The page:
For 11 years I have been researching, photographing and interviewing the subjects of the War Relocation Authority photographers, Dorothea Lange, Clem Albers and Tom Parker were some who documented the forced removal of 120,000 ethnic Japanese Americans, 2/3 who were American citizens from the west coast of the United States during WWII.
Fumiko Hayashida, 95, and her daughter Natalie Ong, 66, on the family farm where they lived before their forced removal from Bainbridge Island in 1942.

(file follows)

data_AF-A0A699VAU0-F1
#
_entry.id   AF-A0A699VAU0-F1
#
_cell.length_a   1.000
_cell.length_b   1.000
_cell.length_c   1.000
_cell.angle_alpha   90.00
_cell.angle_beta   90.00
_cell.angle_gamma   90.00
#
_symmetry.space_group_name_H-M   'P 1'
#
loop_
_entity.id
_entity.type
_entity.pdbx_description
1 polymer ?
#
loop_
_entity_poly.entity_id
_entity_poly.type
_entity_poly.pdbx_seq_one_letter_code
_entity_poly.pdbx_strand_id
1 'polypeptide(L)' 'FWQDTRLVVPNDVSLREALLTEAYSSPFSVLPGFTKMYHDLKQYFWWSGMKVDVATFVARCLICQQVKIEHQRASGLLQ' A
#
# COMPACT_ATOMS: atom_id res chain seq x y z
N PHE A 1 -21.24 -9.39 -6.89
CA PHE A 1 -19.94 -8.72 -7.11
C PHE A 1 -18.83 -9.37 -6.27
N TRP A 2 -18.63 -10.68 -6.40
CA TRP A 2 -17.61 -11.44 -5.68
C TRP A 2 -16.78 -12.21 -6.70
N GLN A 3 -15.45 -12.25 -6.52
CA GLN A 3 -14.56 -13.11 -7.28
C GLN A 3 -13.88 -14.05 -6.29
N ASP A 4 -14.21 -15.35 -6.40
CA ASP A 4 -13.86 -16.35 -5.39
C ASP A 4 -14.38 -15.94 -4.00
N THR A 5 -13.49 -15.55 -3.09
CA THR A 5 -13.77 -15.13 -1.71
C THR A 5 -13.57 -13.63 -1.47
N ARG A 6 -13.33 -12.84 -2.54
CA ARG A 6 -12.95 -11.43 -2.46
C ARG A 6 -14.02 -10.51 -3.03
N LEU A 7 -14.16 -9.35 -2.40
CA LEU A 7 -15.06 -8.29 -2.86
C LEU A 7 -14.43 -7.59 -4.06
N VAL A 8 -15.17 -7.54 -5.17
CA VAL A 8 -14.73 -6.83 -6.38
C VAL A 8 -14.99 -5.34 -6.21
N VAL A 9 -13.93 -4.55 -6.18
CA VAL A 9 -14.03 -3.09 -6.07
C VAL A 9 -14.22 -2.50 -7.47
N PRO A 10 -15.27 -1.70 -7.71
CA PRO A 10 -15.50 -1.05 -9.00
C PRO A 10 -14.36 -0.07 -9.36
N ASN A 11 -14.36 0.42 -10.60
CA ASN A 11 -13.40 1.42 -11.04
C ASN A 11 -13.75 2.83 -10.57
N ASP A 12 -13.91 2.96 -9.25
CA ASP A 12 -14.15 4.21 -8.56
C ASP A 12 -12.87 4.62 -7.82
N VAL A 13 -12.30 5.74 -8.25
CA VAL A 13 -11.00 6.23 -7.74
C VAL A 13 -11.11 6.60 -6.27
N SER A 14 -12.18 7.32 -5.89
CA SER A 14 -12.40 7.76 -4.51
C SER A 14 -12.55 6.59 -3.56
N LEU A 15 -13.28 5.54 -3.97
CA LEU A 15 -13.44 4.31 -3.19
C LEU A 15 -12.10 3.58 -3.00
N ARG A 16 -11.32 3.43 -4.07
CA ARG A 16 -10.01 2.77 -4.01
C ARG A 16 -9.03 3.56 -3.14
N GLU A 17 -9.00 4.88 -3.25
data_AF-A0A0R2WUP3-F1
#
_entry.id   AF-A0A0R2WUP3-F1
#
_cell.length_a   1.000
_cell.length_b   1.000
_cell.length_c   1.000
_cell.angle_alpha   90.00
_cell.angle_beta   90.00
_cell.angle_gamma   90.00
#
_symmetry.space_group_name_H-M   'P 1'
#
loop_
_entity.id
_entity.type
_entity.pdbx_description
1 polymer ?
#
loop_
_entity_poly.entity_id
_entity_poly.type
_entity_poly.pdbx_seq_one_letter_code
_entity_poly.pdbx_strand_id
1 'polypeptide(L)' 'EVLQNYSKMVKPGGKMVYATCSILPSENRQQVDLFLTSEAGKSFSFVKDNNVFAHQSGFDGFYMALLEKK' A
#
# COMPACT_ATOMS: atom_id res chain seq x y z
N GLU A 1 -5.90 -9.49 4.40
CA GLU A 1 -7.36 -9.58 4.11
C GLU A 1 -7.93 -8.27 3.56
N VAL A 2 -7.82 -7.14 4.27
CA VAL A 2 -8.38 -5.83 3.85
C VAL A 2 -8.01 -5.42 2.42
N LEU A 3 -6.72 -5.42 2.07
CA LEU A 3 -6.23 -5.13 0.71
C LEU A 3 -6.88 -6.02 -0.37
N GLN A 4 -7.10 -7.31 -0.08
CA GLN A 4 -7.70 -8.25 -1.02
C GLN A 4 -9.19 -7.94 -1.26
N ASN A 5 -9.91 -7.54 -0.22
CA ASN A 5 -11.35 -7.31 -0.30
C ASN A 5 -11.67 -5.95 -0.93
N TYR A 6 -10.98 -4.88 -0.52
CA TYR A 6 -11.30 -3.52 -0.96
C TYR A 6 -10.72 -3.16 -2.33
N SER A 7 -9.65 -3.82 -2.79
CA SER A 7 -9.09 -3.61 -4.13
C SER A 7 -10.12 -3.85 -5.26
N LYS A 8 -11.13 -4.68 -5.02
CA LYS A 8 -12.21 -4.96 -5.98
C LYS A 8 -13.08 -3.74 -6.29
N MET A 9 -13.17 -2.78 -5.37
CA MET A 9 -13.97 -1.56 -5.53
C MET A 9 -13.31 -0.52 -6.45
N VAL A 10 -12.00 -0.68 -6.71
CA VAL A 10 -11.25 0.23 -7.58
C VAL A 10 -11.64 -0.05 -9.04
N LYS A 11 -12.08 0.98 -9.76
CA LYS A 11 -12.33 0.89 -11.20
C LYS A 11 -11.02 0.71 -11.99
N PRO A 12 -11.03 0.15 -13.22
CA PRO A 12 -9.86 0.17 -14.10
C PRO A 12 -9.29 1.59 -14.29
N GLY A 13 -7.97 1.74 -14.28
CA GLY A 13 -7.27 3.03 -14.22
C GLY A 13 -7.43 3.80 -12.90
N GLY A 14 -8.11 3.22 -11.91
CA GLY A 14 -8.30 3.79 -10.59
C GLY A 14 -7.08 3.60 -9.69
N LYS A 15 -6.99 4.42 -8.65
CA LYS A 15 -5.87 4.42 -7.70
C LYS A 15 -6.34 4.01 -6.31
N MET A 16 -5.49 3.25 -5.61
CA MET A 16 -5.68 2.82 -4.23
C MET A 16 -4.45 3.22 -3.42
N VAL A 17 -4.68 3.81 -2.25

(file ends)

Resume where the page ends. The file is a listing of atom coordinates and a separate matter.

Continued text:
Hayashida, a second-generation Japanese American, was born on Bainbridge Island; America was her home. When she and her family returned from camp in August 1945, they discovered they’d lost everything. Even so, said Ong: “We were fortunate that we had the house and land to come back to. People who rented or had mortgages they couldn’t pay – they were the ones that lost.” “And I was happy to speak out after 9/11, when people were talking about interning those that looked liked those that did the bombing. Hey, wait a minute, that’s wrong, and it’s happened to me.” My traveling exhibition is “Gambatte! Legacy of an Enduring Spirit: Triumphing over Adversity Japanese American WWII Incarceration Reflections, Then and Now”
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